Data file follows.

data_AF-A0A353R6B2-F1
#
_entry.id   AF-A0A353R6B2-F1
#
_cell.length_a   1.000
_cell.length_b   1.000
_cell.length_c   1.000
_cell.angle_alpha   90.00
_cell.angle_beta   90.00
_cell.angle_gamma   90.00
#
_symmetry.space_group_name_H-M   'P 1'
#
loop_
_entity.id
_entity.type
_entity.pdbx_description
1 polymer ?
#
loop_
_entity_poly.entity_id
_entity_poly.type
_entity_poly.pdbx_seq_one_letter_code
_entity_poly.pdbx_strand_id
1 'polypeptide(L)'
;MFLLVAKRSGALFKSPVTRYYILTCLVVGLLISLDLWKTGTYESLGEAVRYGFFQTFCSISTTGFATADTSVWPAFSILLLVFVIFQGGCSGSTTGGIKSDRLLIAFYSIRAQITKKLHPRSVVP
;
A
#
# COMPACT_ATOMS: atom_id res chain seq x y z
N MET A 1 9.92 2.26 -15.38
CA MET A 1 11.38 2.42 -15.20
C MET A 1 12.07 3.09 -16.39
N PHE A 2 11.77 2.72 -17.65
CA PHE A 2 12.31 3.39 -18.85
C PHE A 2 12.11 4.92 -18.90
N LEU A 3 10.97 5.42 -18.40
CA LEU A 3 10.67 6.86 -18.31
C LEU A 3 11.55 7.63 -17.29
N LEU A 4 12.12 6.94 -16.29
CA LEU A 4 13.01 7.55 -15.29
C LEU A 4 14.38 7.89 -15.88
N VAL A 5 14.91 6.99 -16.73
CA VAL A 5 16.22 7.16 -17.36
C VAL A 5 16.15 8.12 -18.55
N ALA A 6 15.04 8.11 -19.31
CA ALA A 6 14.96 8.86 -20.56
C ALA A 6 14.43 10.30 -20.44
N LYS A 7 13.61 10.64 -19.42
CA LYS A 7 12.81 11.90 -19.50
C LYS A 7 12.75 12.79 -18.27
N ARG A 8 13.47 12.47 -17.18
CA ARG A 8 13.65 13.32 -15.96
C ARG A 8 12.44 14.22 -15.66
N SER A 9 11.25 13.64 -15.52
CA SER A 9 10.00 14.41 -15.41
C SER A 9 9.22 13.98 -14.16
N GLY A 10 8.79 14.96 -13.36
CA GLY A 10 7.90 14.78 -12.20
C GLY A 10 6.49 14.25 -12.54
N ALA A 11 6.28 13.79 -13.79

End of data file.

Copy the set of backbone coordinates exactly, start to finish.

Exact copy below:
data_AF-A0A353R6B2-F1
#
_entry.id   AF-A0A353R6B2-F1
#
_cell.length_a   1.000
_cell.length_b   1.000
_cell.length_c   1.000
_cell.angle_alpha   90.00
_cell.angle_beta   90.00
_cell.angle_gamma   90.00
#
_symmetry.space_group_name_H-M   'P 1'
#
loop_
_entity.id
_entity.type
_entity.pdbx_description
1 polymer ?
#
loop_
_entity_poly.entity_id
_entity_poly.type
_entity_poly.pdbx_seq_one_letter_code
_entity_poly.pdbx_strand_id
1 'polypeptide(L)'
;MFLLVAKRSGALFKSPVTRYYILTCLVVGLLISLDLWKTGTYESLGEAVRYGFFQTFCSISTTGFATADTSVWPAFSILLLVFVIFQGGCSGSTTGGIKSDRLLIAFYSIRAQITKKLHPRSVVP
;
A
#
# COMPACT_ATOMS: atom_id res chain seq x y z
N MET A 1 9.92 2.26 -15.38
CA MET A 1 11.38 2.42 -15.20
C MET A 1 12.07 3.09 -16.39
N PHE A 2 11.77 2.72 -17.65
CA PHE A 2 12.31 3.39 -18.85
C PHE A 2 12.11 4.92 -18.90
N LEU A 3 10.97 5.42 -18.40
CA LEU A 3 10.67 6.86 -18.31
C LEU A 3 11.55 7.63 -17.29
N LEU A 4 12.12 6.94 -16.29
CA LEU A 4 13.01 7.55 -15.29
C LEU A 4 14.38 7.89 -15.88
N VAL A 5 14.91 6.99 -16.73
CA VAL A 5 16.22 7.16 -17.36
C VAL A 5 16.15 8.12 -18.55
N ALA A 6 15.04 8.11 -19.31
CA ALA A 6 14.96 8.86 -20.56
C ALA A 6 14.43 10.30 -20.44
N LYS A 7 13.61 10.64 -19.42
CA LYS A 7 12.81 11.90 -19.50
C LYS A 7 12.75 12.79 -18.27
N ARG A 8 13.47 12.47 -17.18
CA ARG A 8 13.65 13.32 -15.96
C ARG A 8 12.44 14.22 -15.66
N SER A 9 11.25 13.64 -15.52
CA SER A 9 10.00 14.41 -15.41
C SER A 9 9.22 13.98 -14.16
N GLY A 10 8.79 14.96 -13.36
CA GLY A 10 7.90 14.78 -12.20
C GLY A 10 6.49 14.25 -12.54
N ALA A 11 6.28 13.79 -13.79